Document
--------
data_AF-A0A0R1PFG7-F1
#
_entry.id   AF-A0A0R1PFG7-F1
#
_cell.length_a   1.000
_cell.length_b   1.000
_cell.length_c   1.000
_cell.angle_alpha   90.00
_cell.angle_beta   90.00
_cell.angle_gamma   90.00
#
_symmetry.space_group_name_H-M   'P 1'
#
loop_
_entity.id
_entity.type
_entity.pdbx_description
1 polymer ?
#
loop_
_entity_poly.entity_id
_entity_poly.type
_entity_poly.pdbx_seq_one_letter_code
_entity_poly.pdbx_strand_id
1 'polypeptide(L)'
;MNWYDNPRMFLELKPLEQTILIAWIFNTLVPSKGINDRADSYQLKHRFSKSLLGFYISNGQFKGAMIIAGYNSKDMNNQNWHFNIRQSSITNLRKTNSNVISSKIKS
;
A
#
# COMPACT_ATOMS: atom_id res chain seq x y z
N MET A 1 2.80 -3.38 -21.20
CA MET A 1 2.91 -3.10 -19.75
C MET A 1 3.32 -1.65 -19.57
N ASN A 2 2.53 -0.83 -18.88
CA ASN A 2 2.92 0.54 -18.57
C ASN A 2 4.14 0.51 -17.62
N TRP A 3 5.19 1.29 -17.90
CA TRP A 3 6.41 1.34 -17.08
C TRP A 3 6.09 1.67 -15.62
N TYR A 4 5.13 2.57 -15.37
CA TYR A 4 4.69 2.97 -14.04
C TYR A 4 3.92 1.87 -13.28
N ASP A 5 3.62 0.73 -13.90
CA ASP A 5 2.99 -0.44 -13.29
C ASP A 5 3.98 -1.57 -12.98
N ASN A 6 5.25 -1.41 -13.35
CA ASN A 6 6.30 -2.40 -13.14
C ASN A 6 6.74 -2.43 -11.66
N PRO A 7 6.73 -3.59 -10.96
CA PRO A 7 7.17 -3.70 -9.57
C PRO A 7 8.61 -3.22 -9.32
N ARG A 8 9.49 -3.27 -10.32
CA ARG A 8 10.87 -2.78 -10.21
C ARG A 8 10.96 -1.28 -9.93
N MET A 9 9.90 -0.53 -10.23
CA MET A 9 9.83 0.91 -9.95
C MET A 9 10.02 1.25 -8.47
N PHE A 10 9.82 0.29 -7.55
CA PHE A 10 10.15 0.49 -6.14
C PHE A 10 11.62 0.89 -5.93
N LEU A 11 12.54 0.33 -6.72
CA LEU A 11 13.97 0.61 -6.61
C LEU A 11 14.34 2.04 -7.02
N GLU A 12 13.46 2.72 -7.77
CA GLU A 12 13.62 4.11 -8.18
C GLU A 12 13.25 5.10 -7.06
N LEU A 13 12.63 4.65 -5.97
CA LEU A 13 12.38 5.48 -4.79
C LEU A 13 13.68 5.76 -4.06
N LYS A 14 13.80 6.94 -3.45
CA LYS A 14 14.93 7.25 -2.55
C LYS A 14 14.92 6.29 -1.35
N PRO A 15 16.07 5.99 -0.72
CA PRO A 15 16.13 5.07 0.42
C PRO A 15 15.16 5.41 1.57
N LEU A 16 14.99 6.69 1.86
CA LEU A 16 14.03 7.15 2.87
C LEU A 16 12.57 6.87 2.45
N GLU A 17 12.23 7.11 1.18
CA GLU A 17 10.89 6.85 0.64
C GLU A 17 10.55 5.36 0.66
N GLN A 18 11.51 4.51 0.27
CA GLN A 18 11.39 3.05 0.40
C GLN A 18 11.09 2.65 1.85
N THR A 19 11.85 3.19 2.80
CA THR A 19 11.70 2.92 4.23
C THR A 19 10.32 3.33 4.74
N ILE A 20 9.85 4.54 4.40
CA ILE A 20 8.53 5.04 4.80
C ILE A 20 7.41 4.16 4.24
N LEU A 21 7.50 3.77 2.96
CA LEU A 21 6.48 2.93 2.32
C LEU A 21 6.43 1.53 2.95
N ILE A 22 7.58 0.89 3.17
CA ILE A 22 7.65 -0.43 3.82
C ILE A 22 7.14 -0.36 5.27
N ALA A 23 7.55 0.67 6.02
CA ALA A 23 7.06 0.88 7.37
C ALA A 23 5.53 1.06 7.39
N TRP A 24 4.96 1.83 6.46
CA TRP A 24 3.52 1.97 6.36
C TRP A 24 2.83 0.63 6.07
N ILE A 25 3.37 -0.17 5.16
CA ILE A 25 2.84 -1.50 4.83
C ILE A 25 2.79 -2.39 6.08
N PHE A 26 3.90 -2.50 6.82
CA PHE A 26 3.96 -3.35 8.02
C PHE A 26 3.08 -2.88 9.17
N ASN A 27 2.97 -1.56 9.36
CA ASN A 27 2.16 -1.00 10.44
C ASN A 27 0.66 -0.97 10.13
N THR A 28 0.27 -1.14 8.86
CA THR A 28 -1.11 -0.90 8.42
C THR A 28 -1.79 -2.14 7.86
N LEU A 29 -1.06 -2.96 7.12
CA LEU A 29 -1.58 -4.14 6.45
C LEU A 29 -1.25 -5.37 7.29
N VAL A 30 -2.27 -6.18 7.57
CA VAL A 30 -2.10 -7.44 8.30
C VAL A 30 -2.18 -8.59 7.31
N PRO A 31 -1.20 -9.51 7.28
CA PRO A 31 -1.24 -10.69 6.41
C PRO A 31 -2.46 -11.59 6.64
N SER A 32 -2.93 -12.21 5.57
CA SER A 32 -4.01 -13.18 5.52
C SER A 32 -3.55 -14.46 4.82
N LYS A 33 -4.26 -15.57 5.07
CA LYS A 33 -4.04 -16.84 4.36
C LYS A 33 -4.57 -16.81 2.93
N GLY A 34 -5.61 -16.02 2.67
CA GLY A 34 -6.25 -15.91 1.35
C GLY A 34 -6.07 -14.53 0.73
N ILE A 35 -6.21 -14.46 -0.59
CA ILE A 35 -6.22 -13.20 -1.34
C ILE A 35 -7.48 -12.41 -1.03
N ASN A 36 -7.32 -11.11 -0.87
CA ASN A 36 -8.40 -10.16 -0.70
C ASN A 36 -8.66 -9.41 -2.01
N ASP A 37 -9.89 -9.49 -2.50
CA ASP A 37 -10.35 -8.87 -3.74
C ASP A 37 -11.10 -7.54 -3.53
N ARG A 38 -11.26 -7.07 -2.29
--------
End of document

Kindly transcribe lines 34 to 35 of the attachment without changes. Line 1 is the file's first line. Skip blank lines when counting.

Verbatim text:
N ASN A 2 2.53 -0.83 -18.88
CA ASN A 2 2.92 0.54 -18.57